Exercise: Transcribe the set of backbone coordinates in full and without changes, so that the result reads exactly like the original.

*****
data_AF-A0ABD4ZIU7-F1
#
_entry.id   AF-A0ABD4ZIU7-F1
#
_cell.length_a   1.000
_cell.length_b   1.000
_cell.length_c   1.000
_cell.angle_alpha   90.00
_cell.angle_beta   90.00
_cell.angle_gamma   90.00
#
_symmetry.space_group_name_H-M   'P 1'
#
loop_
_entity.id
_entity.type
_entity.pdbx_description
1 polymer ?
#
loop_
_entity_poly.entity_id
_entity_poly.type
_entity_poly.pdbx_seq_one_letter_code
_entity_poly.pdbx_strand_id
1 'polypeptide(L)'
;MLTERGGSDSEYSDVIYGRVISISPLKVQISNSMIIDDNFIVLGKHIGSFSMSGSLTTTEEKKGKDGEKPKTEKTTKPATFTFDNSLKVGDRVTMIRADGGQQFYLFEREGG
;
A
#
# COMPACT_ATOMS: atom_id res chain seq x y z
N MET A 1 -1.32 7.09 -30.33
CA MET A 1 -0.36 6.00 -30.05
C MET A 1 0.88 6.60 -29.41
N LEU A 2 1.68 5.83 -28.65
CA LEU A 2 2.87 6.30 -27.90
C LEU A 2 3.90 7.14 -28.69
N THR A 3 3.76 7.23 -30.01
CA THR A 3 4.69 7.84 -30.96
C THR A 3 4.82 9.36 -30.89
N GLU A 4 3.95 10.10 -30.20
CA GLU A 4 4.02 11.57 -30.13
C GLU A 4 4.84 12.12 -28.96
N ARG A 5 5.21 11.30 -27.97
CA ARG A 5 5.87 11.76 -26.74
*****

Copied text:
data_AF-A0ABD4ZIU7-F1
#
_entry.id   AF-A0ABD4ZIU7-F1
#
_cell.length_a   1.000
_cell.length_b   1.000
_cell.length_c   1.000
_cell.angle_alpha   90.00
_cell.angle_beta   90.00
_cell.angle_gamma   90.00
#
_symmetry.space_group_name_H-M   'P 1'
#
loop_
_entity.id
_entity.type
_entity.pdbx_description
1 polymer ?
#
loop_
_entity_poly.entity_id
_entity_poly.type
_entity_poly.pdbx_seq_one_letter_code
_entity_poly.pdbx_strand_id
1 'polypeptide(L)'
;MLTERGGSDSEYSDVIYGRVISISPLKVQISNSMIIDDNFIVLGKHIGSFSMSGSLTTTEEKKGKDGEKPKTEKTTKPATFTFDNSLKVGDRVTMIRADGGQQFYLFEREGG
;
A
#
# COMPACT_ATOMS: atom_id res chain seq x y z
N MET A 1 -1.32 7.09 -30.33
CA MET A 1 -0.36 6.00 -30.05
C MET A 1 0.88 6.60 -29.41
N LEU A 2 1.68 5.83 -28.65
CA LEU A 2 2.87 6.30 -27.90
C LEU A 2 3.90 7.14 -28.69
N THR A 3 3.76 7.23 -30.01
CA THR A 3 4.69 7.84 -30.96
C THR A 3 4.82 9.36 -30.89
N GLU A 4 3.95 10.10 -30.20
CA GLU A 4 4.02 11.57 -30.13
C GLU A 4 4.84 12.12 -28.96
N ARG A 5 5.21 11.30 -27.97
CA ARG A 5 5.87 11.76 -26.74